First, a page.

Citizenship applicants call on Ottawa to resume knowledge tests halted due to COVID-19

Applicants for Canadian citizenship say they are trapped in "limbo" as the federal government has indicated no plans to resume the citizenship knowledge tests required of prospective citizens.

Citizenship tests and in-person ceremonies have been on hold since March 14

From left to right, Shahd Alshamaly, Sedra Alshamaly, Nour Albaaor and Ahmad Alshamaly. Permanent residents since 2016, they say the federal government has not updated their citizenship application for more than a year. (Keith Burgess/CBC)

After spending the prime years of her childhood fleeing conflict and living as a refugee in Turkey, Sedra Alshamaly describes her arrival in Canada four years ago with warmth and gratitude.

"It's the first place we felt welcomed," said Sedra, now 12. "We felt like we belonged here."

Sedra and her family arrived in Canada in 2016 after a circuitous journey sparked by the Syrian civil war. Today, she describes herself as a more-or-less ordinary Canadian Grade 7 student and a budding artist.

But she also lives with a nagging worry about her family's status in their adopted home.

"It's been very stressful because we're just lost," she told CBC Toronto. "We just want to wake up from a long dream realizing that we're finally Canadian citizens."

Like many Syrian refugees who recently arrived in Canada, Sedra and her family are permanent residents on a path to becoming full citizens. That process has been indefinitely delayed since March 14, when the Canadian government cancelled all citizenship tests due to the emerging novel coronavirus pandemic.

Citizenship applicants say the federal government should move knowledge tests online until the pandemic ends. (Keith Burgess/CBC)

The 20-question test covers Canadian culture and the rights and responsibilities of citizens. It is a requirement for all prospective citizens aged 18 to 54.

Sedra's parents applied for citizenship more than a year ago and are eagerly awaiting an appointment to take the test. But so far, they have no indication of when that might happen.

"What is going on, what is the next step?" asked an exasperated Ahmad Alshamaly, Sedra's father.

'Our lives are in limbo'

The Alshamaly family was among about a dozen people who took part in a Sunday rally at Nathan Phillips Square in Toronto demanding the tests be reinstated. Some held signs asking Immigration, Refugees and Citizenship Canada, "did you forget about us?"

Other permanent residents tell similar stories of long wait times with little to no information about the status of their applications.

"It's been 16 months and I'm still waiting for any kind of reply," said Rajesh Kalwa, a software developer who came to Canada from India in 2012 and has been a permanent resident since 2017.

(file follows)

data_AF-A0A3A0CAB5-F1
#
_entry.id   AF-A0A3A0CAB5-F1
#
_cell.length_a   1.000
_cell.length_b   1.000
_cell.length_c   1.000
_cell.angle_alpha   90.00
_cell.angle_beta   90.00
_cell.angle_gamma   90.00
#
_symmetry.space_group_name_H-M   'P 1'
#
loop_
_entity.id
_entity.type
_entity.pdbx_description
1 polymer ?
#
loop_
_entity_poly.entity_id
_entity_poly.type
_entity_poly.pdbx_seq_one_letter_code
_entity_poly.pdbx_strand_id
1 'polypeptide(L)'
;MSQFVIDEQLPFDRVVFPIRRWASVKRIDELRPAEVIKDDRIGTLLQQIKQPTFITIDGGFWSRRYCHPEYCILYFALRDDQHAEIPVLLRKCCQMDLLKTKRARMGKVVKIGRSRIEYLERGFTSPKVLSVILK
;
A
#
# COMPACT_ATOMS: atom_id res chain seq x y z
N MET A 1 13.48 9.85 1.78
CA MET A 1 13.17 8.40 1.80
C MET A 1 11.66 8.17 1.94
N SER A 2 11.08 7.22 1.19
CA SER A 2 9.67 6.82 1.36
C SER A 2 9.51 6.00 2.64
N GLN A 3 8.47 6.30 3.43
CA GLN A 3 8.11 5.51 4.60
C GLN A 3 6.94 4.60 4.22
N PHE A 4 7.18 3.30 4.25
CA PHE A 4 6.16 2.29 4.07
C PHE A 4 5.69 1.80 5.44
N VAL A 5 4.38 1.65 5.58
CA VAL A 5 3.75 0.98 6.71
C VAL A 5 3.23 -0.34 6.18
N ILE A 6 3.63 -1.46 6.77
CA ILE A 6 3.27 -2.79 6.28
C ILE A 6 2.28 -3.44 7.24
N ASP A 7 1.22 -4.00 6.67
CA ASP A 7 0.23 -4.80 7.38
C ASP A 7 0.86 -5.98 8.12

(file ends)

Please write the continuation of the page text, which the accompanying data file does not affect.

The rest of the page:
Kalwa and his wife have an 11-month-old daughter and had been hoping to travel to India to see his parents. He says that trip is on hold since he fears that being out of the country when tests resume could further delay his application.

"Right now, our lives are in limbo," he said.

In-person citizenship ceremonies have also been suspended since March, though the federal government is offering virtual ceremonies. (Stephen Lubig/CBC)

Ottawa will consider online tests, but doesn't say when they could begin

Immigration, Refugees and Citizenship Canada (IRCC) has promised to provide citizenship applicants with information about future test dates "as soon as possible," though the government has said it cannot provide accurate processing times, since it is still prioritizing helping Canadians trying to return to the country from overseas.

Ottawa says it can process urgent citizenship applications in what it calls "special cases," though the criteria for that process are not clearly defined.

Other in-person citizenship events, including ceremonies, have also been indefinitely postponed since March.

A spokesperson for the IRCC told CBC News in September that it was "considering options for resumption of services, which could include online citizenship tests." Others immigration experts have raised concerns about the integrity of online tests.

But with no immediate end to the pandemic in sight, people waiting for their applications to be processed say the government should resume testing in some form, whether by adopting physical distancing measures or by moving the tests online.

Australia resumed in-person citizenship tests in June "in accordance with health guidelines" after suspending them earlier this year.

Kalwa said the global pivot toward online and remote communication at schools and workplaces during the pandemic shows that online tests should be possible.

"If a university or a college can move from a classroom culture to an online culture, and they can entirely adapt … why can't the government conduct a citizenship examination online?" 

With files from Kelda Yuen